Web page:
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Moving boat to new slip. Dockline Questions.

Discussion in 'Ask All Sailors' started by pateco, May 14, 2018. Add this thread to a FAQ

  1. pateco

    pateco

    Joined Aug 12, 2014
    1,833 posts, 434 likes
    Hunter 31 (1983)
    US Pompano Beach FL
    After three years at my current dock, I am moving my boat to a new slip. Currently I am side docking to a dock behind a residence.
    old dock.JPG
    The Stargazer is the sailboat on the left with the blue bimini. I have two mooring whips, bow, stern, and two spring lines.

    My new dock is a a slip with two dolphins and a half pier. With two cleats on the seawall.

    New slip.JPG
    My boat is going where the one with the blue canvas is above. below are a couple of pics of it empty.
    2018-05-12 14.55.09.jpg 2018-05-12 14.55.28.jpg

    I have drawn up a rough diagram of the slip with a sailboat in it.
    dock diagram 1.jpg
    I am trying to figure out the best way to tie her in this new slip, and am looking for suggestions.

    Below are examples of how two of the sailboats belonging to fellow sailing club members have configured their bow lines in this same location.
    2018-05-12 15.24.23.jpg 2018-05-12 15.24.31.jpg 2018-05-12 15.24.38.jpg

    The line that crosses the bow is a large U shape tied two both dolphins and running forward. it is supported by the two bow lines that are tied to the cleats on the seawall I am considering something similar, but looking for suggestions. When the boat was originally in Baltimore, the PO had a similar configuration except he had a large bumper attached to the line that crosses the bow.

    These are the only two sailboats tied this way at this location. Most of the rest have bow line from seawall cleats, stern lines from the dolphins, and one spring line from the dolphin in between the two half piers. Below is a google earth screen capture of a couple of the other sailboats at this location
    new slip example.JPG

    Fire away with your suggestions.:biggrin:
     


    Last edited: May 14, 2018
  2. John Tubb

    John Tubb

    Joined Feb 14, 2017
    583 posts, 115 likes
    O'Day 25
    US Guntersville, AL
    Won't boarding be a pain bow in first? All the sailboats in finger piers at our marina are backed in by the stern.
     


  3. pateco

    pateco

    Joined Aug 12, 2014
    1,833 posts, 434 likes
    Hunter 31 (1983)
    US Pompano Beach FL
    There are a couple of sailboats stern in, but not many. The issue is that this is not a standard marina, but half pier slips coming off of a concrete sea wall. The water depth near the wall is substantially shallower than it is a few feet off of the wall. Bottoming the rudder is a major concern. From my observations, boarding a sailboat at the side from near the end of the half pier will not be difficult. Some of the boats do have small plastic step stools for high tide conditions. You can see from this photo that the starboard side of the bow comes very close to the end of the pier.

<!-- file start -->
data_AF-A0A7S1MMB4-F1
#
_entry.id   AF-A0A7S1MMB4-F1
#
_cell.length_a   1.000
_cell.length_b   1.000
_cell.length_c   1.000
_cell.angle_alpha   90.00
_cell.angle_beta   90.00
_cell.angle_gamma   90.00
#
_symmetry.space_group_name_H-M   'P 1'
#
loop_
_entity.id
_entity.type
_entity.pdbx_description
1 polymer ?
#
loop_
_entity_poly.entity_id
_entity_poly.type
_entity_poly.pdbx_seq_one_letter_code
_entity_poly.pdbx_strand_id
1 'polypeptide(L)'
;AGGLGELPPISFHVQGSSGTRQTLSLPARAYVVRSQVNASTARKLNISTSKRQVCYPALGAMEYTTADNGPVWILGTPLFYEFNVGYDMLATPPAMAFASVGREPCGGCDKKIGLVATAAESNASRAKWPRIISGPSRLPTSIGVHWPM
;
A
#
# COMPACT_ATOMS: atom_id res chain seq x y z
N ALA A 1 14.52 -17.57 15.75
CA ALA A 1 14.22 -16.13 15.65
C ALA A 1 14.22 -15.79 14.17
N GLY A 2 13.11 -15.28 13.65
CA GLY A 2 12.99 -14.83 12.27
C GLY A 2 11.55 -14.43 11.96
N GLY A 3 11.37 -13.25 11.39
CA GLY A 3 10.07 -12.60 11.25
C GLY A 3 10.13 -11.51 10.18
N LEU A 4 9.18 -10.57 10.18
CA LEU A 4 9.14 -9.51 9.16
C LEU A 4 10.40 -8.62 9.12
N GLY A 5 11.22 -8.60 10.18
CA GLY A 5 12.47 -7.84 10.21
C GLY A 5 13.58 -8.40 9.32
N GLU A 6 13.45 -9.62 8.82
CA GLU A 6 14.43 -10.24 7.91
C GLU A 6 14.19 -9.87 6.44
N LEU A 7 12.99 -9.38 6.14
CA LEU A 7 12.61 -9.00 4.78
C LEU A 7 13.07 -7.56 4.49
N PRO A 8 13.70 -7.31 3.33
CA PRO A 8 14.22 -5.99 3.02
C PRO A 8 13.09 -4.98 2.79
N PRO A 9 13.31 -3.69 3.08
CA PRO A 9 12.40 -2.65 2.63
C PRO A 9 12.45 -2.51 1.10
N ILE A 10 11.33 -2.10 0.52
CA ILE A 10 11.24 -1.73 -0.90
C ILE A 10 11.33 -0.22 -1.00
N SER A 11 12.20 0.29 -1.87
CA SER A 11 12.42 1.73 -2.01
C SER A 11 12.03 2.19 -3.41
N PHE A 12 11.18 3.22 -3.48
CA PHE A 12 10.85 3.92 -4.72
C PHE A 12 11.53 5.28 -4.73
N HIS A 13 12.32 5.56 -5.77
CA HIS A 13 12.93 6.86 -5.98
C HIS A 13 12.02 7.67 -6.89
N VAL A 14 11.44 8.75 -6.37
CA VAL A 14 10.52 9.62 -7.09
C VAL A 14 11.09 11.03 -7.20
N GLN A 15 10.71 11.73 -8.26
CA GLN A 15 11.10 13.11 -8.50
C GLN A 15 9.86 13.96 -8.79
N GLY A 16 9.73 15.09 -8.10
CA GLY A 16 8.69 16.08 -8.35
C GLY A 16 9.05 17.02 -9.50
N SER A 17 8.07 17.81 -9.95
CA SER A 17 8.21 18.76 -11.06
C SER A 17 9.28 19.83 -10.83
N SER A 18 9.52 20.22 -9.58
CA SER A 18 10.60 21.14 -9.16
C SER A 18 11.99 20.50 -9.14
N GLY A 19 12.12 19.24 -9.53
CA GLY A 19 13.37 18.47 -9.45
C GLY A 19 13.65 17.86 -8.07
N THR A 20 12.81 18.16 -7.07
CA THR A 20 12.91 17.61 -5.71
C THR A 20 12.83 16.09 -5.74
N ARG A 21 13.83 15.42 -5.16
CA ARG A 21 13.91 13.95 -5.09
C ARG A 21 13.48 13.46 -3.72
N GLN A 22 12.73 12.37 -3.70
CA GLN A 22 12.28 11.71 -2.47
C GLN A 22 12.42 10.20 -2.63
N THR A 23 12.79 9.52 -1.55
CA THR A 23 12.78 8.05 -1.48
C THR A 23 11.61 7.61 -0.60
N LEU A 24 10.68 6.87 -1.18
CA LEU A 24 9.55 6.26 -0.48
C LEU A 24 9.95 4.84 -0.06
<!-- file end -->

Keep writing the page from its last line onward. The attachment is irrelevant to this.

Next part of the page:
2018-05-12 15.24.31.jpg
     


  4. Don S/V ILLusion

    Don S/V ILLusion

    Joined Sep 25, 2008
    4,962 posts, 231 likes
    Alden 50
    US Sarasota, Florida
    The view is always better when you go bow in. Not so much the sidewalk gawkers but on a bulkhead like that, most of the folks at our marina go bow in. I've wandered around a bit and the only thing evident is that everyone ties up with spring lines to the pilings to ensure the boat won't move forward.
     


  5. John T1594

    John T1594

    Joined Jun 4, 2004
    744 posts, 24 likes
    Hunter 340
    US Forked River, NJ H340
    We kept or boat (2000 H340) in an almost identical slip for many years, although our finger pier was on the port side of the boat when bow in. We went bow in because of the water depth near the end of the slip and the ease in docking the boat. We did not use any of the complex bridle slings to keep the boat centered and the bow off the dock. Basically we had one bow line on each side (uncrossed). We used aft spring lines on each side, one secured to the bow cleats and one to the mid-boat cleat. We did not need any forward spring lines because the bow lines kept the boat from moving backward and out of the slip. We had one uncrossed stern line tied from pilings to the stern cleats on each side.